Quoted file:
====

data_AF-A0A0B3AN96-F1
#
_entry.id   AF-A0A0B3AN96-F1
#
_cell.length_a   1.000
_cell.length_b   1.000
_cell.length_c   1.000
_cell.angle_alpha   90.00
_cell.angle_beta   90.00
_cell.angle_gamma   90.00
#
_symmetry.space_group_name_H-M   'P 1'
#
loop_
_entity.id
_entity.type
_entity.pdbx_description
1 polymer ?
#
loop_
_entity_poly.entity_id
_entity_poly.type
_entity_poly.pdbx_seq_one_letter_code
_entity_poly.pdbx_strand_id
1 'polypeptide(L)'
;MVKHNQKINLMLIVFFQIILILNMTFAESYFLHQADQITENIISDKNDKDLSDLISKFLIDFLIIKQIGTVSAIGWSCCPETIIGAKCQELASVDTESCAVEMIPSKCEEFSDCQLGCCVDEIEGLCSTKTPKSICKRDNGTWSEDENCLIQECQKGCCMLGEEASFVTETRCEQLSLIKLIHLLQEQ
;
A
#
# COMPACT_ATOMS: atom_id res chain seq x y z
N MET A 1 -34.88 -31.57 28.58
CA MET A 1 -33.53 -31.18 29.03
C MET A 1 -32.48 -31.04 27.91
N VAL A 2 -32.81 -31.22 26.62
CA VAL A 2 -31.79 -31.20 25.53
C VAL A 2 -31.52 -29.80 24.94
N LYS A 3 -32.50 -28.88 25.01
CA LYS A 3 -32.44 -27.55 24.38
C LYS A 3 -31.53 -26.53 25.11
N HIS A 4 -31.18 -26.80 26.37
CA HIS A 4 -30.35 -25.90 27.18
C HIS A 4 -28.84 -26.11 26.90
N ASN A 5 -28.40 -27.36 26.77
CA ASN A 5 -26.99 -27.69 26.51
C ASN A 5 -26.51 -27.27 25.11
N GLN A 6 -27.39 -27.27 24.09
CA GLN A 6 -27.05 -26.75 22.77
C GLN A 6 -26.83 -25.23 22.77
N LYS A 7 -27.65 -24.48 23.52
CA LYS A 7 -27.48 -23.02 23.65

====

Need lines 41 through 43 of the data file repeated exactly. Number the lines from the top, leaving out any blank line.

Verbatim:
CA HIS A 4 -30.35 -25.90 27.18
C HIS A 4 -28.84 -26.11 26.90
N ASN A 5 -28.40 -27.36 26.77